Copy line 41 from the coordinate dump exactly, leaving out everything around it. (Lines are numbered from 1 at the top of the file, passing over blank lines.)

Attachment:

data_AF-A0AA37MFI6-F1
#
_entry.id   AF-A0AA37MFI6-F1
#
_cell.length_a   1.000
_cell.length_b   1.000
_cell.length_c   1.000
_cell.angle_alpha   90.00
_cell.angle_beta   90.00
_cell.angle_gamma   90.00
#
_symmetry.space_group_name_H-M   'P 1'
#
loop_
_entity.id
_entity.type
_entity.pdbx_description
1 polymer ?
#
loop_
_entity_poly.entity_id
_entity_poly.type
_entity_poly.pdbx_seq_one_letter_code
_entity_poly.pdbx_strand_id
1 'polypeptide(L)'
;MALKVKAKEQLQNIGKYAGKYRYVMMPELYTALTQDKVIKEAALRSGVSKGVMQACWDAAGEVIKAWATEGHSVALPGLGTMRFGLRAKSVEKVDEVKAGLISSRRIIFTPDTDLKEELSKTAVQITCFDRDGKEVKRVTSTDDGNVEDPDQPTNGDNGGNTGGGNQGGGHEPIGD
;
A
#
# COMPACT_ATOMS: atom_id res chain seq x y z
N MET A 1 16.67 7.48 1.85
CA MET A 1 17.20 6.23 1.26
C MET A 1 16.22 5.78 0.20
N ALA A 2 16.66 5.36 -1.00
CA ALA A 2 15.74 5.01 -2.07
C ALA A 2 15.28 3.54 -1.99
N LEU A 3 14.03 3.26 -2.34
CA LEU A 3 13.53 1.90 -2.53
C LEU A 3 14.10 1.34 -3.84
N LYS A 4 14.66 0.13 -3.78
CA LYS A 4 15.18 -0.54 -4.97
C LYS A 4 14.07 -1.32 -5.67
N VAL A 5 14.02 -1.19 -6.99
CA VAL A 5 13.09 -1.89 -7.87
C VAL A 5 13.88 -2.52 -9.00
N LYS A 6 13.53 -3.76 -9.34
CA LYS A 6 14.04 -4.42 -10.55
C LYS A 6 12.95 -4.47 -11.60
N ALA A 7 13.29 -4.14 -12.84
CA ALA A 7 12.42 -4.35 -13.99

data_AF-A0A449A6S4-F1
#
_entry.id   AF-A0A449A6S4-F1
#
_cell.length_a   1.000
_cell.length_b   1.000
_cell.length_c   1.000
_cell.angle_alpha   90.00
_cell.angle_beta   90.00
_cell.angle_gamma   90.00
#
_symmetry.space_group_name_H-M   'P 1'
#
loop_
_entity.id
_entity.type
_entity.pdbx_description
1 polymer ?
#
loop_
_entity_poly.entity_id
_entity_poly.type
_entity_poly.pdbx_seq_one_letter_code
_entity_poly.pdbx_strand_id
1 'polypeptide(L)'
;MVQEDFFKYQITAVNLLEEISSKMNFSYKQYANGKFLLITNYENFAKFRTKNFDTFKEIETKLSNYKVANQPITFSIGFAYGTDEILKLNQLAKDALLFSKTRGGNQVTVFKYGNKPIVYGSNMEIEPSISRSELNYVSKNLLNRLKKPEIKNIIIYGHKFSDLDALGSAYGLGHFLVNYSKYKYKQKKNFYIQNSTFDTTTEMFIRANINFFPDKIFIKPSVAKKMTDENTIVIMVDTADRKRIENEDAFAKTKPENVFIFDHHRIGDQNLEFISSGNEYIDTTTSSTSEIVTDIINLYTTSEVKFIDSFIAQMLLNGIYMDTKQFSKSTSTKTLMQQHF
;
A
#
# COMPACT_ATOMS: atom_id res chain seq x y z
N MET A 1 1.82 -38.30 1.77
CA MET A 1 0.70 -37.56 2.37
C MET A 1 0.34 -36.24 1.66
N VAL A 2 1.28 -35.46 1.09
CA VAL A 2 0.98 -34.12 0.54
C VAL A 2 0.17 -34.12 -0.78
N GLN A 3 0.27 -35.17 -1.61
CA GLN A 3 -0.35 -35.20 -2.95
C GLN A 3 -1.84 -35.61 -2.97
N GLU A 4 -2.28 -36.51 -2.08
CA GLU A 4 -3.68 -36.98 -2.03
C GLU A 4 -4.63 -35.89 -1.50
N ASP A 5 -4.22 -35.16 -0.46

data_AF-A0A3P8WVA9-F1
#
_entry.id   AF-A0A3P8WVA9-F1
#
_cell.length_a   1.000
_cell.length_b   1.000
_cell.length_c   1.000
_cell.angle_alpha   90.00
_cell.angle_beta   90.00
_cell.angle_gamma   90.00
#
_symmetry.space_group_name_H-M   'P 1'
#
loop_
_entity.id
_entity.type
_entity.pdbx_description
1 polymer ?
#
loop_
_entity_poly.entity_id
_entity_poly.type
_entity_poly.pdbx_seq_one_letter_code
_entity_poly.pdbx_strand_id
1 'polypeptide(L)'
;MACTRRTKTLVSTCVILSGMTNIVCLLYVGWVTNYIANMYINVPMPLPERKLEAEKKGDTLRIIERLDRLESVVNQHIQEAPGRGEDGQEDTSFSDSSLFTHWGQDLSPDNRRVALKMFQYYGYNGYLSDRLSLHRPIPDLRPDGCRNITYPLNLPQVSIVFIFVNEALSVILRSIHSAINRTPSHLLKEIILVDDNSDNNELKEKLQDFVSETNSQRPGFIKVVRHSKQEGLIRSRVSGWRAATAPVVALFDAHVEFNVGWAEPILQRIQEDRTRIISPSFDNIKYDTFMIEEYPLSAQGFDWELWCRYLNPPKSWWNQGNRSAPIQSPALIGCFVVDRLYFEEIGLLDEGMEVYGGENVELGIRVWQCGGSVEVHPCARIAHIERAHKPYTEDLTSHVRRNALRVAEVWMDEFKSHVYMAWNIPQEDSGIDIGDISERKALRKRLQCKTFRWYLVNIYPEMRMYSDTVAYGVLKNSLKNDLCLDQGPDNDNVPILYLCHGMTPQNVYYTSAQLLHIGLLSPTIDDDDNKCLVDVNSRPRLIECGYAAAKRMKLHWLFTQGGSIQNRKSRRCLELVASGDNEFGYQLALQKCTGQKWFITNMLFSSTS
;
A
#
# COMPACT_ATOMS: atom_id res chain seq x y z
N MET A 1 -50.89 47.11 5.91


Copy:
CA LYS A 4 15.18 -0.54 -4.97